No deaths have officially been blamed on the outbreak, but a salmonella infection may have been a factor in the death of a Texas man also suffering from cancer. The FDA is warning consumers against eating the potential bad tomatoes, raw, red plum, red Roma, and round, red tomatoes grown in Florida or Mexico. David Acheson is tracking the outbreak for the FDA. He spoke with NPR yesterday.

(Soundbite of NPR's All Things Considered, June 18, 2008)

Dr. DAVID ACHESON (Director, Food Safety and Security Staff, U.S. Food and Drug Administration): Tracking tomatoes is really hard, because there are so many different arms and legs to tomato supply chains. I want to raise certainly that the possibility that we may not identify a farm where this happened.

PESCA: Acheson talked about tomato forensics, which got us here at the BPP excited about the idea of "Tomato: CSI," which does not involve David Caruso in any way. And it pretty much goes like this. Investigators follow an ever-branching chain from sick person to the restaurant or grocer where they got their tomato. Then they track down each of that restaurant or grocer's many suppliers. Then it goes to each of those suppliers' many distributors.

Dr. ACHESON: You go back to a distributor and you say, well, where do you get your tomatoes from? And they say, well, in this timeframe, we usually get them from these four growers. The web widens.

(Soundbite of song "Who Are You?")

THE WHO: (Singing) Who are you? Who? Who? Who? Who? Who are you?

PESCA: Townshend, Daltrey and the boys commenting, though not actually in the room while Acheson was speaking. Acheson says the many distributors and the perishability (ph) of tomatoes add to the mystery of the outbreak's origin. You can go to npr.org throughout the day for updates on this story. Now let's get some more of today's headlines with a man currently pumping his fists in the control booth, the BPP's Matt Martinez.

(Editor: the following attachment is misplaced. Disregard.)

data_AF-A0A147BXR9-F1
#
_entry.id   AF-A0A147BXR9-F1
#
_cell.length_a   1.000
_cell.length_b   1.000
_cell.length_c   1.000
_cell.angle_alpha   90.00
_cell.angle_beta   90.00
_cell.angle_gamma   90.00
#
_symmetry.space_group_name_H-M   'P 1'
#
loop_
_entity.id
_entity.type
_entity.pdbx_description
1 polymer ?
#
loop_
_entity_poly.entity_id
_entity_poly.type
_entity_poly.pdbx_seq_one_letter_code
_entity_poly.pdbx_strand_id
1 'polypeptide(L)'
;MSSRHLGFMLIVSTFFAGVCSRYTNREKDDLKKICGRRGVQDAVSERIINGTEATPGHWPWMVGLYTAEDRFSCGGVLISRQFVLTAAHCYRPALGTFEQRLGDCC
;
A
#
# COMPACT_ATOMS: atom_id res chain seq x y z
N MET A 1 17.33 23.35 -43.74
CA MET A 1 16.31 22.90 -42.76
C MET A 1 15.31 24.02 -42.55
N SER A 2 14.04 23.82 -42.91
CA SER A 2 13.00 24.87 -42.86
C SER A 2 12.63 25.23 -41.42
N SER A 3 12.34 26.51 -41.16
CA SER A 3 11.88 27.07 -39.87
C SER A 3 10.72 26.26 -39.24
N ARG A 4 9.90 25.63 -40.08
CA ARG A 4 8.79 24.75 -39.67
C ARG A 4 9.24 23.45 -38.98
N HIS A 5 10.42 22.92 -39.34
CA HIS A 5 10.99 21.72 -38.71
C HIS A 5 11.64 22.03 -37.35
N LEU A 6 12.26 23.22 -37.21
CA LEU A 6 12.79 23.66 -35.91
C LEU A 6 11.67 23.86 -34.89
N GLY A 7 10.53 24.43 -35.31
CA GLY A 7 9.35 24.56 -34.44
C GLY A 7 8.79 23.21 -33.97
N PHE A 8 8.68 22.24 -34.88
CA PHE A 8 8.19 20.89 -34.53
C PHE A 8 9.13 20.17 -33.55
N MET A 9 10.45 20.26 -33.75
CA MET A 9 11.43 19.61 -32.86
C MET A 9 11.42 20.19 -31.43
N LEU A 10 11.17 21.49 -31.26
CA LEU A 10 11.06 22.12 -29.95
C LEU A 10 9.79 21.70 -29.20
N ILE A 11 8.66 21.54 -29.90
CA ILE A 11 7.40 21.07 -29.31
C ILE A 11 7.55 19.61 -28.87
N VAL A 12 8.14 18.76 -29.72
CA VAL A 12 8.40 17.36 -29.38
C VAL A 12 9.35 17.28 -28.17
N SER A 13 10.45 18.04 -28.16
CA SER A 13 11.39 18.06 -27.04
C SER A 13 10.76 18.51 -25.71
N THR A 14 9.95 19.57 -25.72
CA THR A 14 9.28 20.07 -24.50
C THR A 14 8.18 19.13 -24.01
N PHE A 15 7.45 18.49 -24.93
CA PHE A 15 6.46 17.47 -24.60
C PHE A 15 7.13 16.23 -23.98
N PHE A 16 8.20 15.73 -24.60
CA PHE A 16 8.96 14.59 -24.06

Copyright © 2008 NPR. All rights reserved. No quotes from the materials contained herein may be used in any media without attribution to NPR. This transcript is provided for personal, noncommercial use only, pursuant to our Terms of Use. Any other use requires NPR's prior permission. Visit our permissions page for further information.

NPR transcripts are created on a rush deadline by a contractor for NPR, and accuracy and availability may vary. This text may not be in its final form and may be updated or revised in the future. Please be aware that the authoritative record of NPR's programming is the audio.



Please keep your community civil. All comments must follow the NPR.org Community rules and terms of use, and will be moderated prior to posting. NPR reserves the right to use the comments we receive, in whole or in part, and to use the commenter's name and location, in any medium. See also the Terms of Use, Privacy Policy and Community FAQ.